In 1743, the last member of the family that ruled Florence for almost 300 years he suffered a slow and painful death. Historical documents indicate that Anna Maria Luisa de Medici suffered from syphilis or breast cancer. However, a first look at the samples of his bones suggests that perhaps syphilis was not the cause of his death.
In 1996, the Medici tombs sank into the mud during the severe floods that ravaged Florence, causing many of the bodies to be damaged. But the skeleton of Anna María Luisa was found practically intact when it was exhumed last October in the joint investigation of the University of Florence and the Reiss Engelhorn Museum in Mannheim (Germany).
Anna María Luisa married Johann Wilhelm II, ruler of the Electoral Palatinate, a territory of the Holy Roman Empire currently located in the Rhineland of Germany. After her husband's death in 1716 she returned to Florence, so after investigators found her body buried in the Palatinate crown rather than the Medici crown, doubts about her death increased.
Albert zink, a biologist and anthropologist from the European Academy of Bolzano in Italy is carrying out a DNA analysis of the bones of Anna María Luisa and of the material of a pot that seems to contain her entrails, since according to the Medici tradition they had to be buried separated from the body.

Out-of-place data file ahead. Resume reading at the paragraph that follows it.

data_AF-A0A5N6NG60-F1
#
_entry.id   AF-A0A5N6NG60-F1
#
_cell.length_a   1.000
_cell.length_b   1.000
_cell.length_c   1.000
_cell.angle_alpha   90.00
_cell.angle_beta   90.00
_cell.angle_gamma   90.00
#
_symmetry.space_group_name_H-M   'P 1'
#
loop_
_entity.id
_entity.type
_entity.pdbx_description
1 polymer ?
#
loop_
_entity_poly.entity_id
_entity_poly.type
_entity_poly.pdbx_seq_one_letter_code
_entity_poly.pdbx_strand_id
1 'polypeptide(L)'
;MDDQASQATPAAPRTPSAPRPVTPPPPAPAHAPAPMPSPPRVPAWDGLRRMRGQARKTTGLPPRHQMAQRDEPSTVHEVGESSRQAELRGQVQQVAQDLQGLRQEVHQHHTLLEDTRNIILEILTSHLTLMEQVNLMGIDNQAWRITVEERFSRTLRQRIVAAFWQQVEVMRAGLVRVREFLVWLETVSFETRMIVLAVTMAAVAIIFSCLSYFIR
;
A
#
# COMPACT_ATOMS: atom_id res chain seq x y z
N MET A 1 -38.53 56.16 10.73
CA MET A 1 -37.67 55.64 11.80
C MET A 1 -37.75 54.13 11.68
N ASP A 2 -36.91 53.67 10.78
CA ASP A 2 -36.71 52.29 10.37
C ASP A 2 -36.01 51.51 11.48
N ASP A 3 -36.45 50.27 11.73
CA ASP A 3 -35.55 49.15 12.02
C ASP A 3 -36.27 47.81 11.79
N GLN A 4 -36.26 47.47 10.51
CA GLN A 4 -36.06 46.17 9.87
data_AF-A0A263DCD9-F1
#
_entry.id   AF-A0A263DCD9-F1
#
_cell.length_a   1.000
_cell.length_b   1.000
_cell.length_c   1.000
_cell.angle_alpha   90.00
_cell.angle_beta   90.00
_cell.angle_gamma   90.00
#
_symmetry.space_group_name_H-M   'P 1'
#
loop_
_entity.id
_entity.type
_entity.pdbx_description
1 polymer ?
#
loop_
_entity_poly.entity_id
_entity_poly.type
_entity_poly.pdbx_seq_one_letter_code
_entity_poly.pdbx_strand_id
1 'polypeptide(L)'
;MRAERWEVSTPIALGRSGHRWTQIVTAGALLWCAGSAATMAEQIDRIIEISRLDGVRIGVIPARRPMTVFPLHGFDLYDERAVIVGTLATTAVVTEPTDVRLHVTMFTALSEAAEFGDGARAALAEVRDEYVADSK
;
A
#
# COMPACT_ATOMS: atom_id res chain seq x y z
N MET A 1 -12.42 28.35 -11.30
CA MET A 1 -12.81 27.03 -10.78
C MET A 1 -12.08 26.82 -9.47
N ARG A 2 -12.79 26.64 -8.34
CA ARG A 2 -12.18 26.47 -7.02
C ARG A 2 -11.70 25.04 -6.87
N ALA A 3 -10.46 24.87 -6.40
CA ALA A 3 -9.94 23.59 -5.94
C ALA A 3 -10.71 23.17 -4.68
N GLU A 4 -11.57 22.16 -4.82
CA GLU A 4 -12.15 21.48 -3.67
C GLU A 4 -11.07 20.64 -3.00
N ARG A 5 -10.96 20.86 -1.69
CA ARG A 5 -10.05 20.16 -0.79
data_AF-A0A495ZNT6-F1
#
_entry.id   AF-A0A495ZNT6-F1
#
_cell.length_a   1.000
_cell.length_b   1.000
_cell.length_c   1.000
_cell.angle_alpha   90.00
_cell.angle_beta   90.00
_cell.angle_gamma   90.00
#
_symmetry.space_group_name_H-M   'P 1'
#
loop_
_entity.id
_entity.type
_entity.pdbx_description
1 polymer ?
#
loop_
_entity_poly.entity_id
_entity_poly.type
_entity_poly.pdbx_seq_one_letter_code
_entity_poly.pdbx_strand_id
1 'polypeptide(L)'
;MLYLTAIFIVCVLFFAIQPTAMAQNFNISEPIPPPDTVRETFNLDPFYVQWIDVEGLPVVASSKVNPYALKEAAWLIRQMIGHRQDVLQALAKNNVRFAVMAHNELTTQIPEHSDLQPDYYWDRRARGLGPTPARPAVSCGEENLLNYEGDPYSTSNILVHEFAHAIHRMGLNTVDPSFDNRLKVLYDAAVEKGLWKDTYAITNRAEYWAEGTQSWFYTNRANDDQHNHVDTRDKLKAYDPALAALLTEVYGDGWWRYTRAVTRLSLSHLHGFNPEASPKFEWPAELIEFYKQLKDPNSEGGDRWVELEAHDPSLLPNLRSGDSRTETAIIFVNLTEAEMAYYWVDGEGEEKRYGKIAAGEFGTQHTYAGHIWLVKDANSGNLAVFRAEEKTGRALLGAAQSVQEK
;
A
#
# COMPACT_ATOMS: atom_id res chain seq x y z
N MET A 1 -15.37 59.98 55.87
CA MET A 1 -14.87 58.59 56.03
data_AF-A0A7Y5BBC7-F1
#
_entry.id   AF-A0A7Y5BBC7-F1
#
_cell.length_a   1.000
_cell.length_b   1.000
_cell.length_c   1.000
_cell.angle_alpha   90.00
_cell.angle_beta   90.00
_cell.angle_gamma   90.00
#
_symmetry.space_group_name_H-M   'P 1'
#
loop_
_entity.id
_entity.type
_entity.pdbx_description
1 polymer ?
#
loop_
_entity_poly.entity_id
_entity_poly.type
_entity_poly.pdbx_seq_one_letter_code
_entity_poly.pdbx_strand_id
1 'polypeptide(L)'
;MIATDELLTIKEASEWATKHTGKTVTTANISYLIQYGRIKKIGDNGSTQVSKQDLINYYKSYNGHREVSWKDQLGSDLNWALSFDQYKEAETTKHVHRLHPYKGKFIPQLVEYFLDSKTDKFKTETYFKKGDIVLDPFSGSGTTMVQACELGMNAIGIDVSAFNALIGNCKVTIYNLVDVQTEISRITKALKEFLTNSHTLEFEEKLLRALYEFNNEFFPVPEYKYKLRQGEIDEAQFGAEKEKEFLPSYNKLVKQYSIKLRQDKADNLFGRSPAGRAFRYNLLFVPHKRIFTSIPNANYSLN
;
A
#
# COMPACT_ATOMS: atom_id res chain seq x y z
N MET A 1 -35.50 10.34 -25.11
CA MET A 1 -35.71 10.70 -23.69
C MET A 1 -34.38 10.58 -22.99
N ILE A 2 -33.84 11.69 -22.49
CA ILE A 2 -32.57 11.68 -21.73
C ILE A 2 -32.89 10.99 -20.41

After the study, Zink explained that the skeleton of Anna María Luisa “there are no signs of advanced syphilis, since the disease in this stage usually causes bone remodeling of the skull and external growth”. However, he adds that he does not rule out the early stages of the disease, which in some cases causes organ failure and death.
“A more exhaustive study of her DNA can provide us with information about whether Anna María Luisa was prone to breast cancer, but we do not yet know if the sample is of sufficient quality to determine this theory since the environment of the tomb was very humid”. Zink added that if they confirm that the remains of the pot belonged to Anna Maria Luisa they will be able to study more DNA samples that provide more accurate information.
The Reiss Engelhorn Museum has opened an exhibition on February 17 called “The Medici: people, power and passion”Commemorating the 270th anniversary of the death of Anna María Luisa bringing together art, history and science to present the life of the Medici family, who ruled Florence from the 15th century until the death of Anna Maria Luisa's brother in 1737.
Almost graduated in Advertising and Public Relations. I started to like history in 2nd year of high school thanks to a very good teacher who made us see that we have to know our past to know where the future takes us. Since then I have not had the opportunity to investigate more in all that our history offers us, but now I can take up that concern and share it with you.